The 36 Strategies

Act As Casually To Prevent Your Enemy

 

The Strategy Of Open City Gates

Means that when your enemy is too strong, is superior in numbers and can overrun you at any moment; you have to act as normally. When your enemy arrives and see how casual and unprepared you are, he will think you have something up to. Then your enemy won't risk and will retreat. That leads to a victorious escape.

When the enemy is superior in numbers and your situation is such that you expect to be overrun at any moment, then drop all pretence of military preparedness and act casually. Unless the enemy has an accurate description of your situation this unusual behavior will arouse suspicions. With luck he will be dissuaded from attacking.

In spite of the inferirity of your forces, deliberately make your defensive line defenseless in order to confuse the enemy. In situations when the enemies are many and you are few, this tactic seems all the more intriguing.

 

Three Kingdoms Period China

In 149 BC, the famous strategist Kong Ming of Shu, launched an attack against the state of Wei by sending an advance force to scout for the enemy.

Leading the army of Wei was Suma-I who also sent an advance force of fifty thousand troops. The two vanguards met and engaged in battle but the Wei forces were superior and won the day.

The defeated Shu vanguard raced back to the main body of Kong Ming's army whose troops, seeing the look of fear in the faces of their comrades, thought that the enemy was upon them and fled in panic. Kong Ming and a few bodyguards fled to the city of Yangping with the Wei army in hot pursuit. Vastly outnumbered and unable to either retreat or sustain a siege, Kong Ming played a last resort strategy that made him famous throughout China.

He removed all the guards and battle flags from the walls and had all four of the city gates flung open. When Suma-I approached the city he could see only a few old men nonchalantly sweeping the grounds within the gates. Kong-Ming was seen sitting in one of the towers smiling and playing his lute. Suma-I remarked to his advisors: "That man seems to be too happy for my comfort. Doubtless he has some deep laid scheme in mind to bring us all to disaster." As they stood spell bound, the strains of Kong Ming's lute reached their ears and this only heightened their sense of foreboding.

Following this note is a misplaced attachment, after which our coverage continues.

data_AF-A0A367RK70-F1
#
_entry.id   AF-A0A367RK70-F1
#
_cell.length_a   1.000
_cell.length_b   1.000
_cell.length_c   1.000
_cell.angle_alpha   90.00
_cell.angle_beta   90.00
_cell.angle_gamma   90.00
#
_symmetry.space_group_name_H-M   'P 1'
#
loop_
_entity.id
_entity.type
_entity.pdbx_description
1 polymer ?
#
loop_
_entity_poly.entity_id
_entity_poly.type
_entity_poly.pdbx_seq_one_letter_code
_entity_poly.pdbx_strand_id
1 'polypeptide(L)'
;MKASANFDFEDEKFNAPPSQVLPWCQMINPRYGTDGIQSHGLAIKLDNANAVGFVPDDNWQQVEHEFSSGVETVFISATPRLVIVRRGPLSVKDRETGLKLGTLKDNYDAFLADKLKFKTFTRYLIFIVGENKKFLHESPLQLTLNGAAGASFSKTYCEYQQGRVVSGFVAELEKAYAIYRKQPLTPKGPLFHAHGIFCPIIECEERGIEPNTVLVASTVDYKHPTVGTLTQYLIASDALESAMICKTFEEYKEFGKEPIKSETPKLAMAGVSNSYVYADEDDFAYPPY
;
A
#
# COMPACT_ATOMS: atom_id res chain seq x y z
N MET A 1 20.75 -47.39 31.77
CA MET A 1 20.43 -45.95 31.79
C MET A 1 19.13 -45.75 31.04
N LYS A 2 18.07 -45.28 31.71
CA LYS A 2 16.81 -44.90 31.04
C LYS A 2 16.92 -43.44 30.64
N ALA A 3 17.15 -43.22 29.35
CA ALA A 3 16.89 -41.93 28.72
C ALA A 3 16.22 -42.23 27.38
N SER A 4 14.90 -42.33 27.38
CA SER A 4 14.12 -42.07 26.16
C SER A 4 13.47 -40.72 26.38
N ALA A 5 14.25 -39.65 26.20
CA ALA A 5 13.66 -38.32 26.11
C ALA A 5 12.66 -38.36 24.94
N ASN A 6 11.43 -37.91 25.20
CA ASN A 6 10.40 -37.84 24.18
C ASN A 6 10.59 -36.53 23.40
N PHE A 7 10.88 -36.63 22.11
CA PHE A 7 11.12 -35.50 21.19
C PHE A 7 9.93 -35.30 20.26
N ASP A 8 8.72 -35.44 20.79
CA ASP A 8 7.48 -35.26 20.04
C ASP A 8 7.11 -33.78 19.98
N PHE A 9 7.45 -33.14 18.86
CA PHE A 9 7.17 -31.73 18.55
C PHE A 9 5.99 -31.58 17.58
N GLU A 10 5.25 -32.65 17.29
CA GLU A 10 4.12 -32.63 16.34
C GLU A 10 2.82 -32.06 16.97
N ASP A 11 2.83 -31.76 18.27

Such peculiar behavior was too suspicious and, fearing a clever trap, Suma-I turned his army back and retreated. After the army left Kong Ming and his remaining troops departed in the opposite direction and made their way safely back to their capital.

 

In the year 727, the tufan army, ancestors of mordern Tibetans, invaded Tang China and stormed the cities of Guazhou and Yumen vefore sweeping south.

Tang general Zhang Shougui led 5,000 troops to save Guazhou. Guazhou was already devastated by the Tufan army.

The Tufan army attacked again. Zhang Shougui told his men, "We're outnumbered. If we flee, they'll overtake and kill us." But the Tufan army was fast approaching Guazhou.

Zhang Shougui told his men to put up the banners and flags and hide themselves. He then called for a banquet to be held at the gate's tower. He calmly sipped wine and enjoyed music.

When the Tufan tactician saw this he was dumbfounded. The city was so quiet that he could only hear music. Thinking that Zhang Shougui was trying to lure them into an ambush, he ordered a retreat.

Seeing the Tufan army falling for the ruse, the Tang army attacked. The Tufan army suffered defeat and in the end negotiated for peace and withdrew.

 


 
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